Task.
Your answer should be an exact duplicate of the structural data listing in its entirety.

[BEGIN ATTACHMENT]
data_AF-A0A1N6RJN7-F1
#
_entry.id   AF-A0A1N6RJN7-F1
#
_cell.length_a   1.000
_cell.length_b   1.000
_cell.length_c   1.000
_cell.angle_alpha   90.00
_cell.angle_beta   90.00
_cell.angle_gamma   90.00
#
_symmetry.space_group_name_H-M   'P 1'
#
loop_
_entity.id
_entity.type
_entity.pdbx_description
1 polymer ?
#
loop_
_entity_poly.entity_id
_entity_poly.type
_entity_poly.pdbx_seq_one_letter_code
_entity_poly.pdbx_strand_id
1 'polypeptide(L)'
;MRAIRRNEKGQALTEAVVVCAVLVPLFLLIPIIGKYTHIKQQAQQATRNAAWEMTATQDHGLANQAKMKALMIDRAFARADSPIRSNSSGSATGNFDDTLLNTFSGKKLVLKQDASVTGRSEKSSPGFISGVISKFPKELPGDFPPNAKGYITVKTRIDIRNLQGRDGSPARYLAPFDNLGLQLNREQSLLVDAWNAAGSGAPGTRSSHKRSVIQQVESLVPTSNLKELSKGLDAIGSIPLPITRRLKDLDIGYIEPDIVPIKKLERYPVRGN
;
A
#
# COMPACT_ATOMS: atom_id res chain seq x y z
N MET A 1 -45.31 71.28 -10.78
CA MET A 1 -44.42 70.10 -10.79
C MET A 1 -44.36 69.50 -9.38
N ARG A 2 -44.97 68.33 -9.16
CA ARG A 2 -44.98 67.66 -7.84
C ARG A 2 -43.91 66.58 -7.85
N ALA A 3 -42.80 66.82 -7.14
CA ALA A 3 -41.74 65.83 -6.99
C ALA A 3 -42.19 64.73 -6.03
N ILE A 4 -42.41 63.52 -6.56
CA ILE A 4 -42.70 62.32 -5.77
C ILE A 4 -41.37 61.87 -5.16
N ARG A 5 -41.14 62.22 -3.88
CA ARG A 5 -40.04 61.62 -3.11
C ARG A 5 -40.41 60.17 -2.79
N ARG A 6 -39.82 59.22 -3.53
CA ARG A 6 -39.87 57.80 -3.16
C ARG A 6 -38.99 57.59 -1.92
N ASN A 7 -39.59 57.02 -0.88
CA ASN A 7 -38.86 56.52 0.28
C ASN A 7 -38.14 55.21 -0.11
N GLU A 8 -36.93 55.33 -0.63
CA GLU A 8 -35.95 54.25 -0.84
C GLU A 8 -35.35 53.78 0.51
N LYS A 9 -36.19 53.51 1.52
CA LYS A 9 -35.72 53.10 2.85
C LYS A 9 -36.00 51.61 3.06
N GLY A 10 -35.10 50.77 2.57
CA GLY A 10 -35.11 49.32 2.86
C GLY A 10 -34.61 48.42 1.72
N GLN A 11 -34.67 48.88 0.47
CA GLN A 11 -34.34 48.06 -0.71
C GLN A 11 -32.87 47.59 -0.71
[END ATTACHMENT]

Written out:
data_AF-A0A1N6RJN7-F1
#
_entry.id   AF-A0A1N6RJN7-F1
#
_cell.length_a   1.000
_cell.length_b   1.000
_cell.length_c   1.000
_cell.angle_alpha   90.00
_cell.angle_beta   90.00
_cell.angle_gamma   90.00
#
_symmetry.space_group_name_H-M   'P 1'
#
loop_
_entity.id
_entity.type
_entity.pdbx_description
1 polymer ?
#
loop_
_entity_poly.entity_id
_entity_poly.type
_entity_poly.pdbx_seq_one_letter_code
_entity_poly.pdbx_strand_id
1 'polypeptide(L)'
;MRAIRRNEKGQALTEAVVVCAVLVPLFLLIPIIGKYTHIKQQAQQATRNAAWEMTATQDHGLANQAKMKALMIDRAFARADSPIRSNSSGSATGNFDDTLLNTFSGKKLVLKQDASVTGRSEKSSPGFISGVISKFPKELPGDFPPNAKGYITVKTRIDIRNLQGRDGSPARYLAPFDNLGLQLNREQSLLVDAWNAAGSGAPGTRSSHKRSVIQQVESLVPTSNLKELSKGLDAIGSIPLPITRRLKDLDIGYIEPDIVPIKKLERYPVRGN
;
A
#
# COMPACT_ATOMS: atom_id res chain seq x y z
N MET A 1 -45.31 71.28 -10.78
CA MET A 1 -44.42 70.10 -10.79
C MET A 1 -44.36 69.50 -9.38
N ARG A 2 -44.97 68.33 -9.16
CA ARG A 2 -44.98 67.66 -7.84
C ARG A 2 -43.91 66.58 -7.85
N ALA A 3 -42.80 66.82 -7.14
CA ALA A 3 -41.74 65.83 -6.99
C ALA A 3 -42.19 64.73 -6.03
N ILE A 4 -42.41 63.52 -6.56
CA ILE A 4 -42.70 62.32 -5.77
C ILE A 4 -41.37 61.87 -5.16
N ARG A 5 -41.14 62.22 -3.88
CA ARG A 5 -40.04 61.62 -3.11
C ARG A 5 -40.41 60.17 -2.79
N ARG A 6 -39.82 59.22 -3.53
CA ARG A 6 -39.87 57.80 -3.16
C ARG A 6 -38.99 57.59 -1.92
N ASN A 7 -39.59 57.02 -0.88
CA ASN A 7 -38.86 56.52 0.28
C ASN A 7 -38.14 55.21 -0.11
N GLU A 8 -36.93 55.33 -0.63
CA GLU A 8 -35.95 54.25 -0.84
C GLU A 8 -35.35 53.78 0.51
N LYS A 9 -36.19 53.51 1.52
CA LYS A 9 -35.72 53.10 2.85
C LYS A 9 -36.00 51.61 3.06
N GLY A 10 -35.10 50.77 2.57
CA GLY A 10 -35.11 49.32 2.86
C GLY A 10 -34.61 48.42 1.72
N GLN A 11 -34.67 48.88 0.47
CA GLN A 11 -34.34 48.06 -0.71
C GLN A 11 -32.87 47.59 -0.71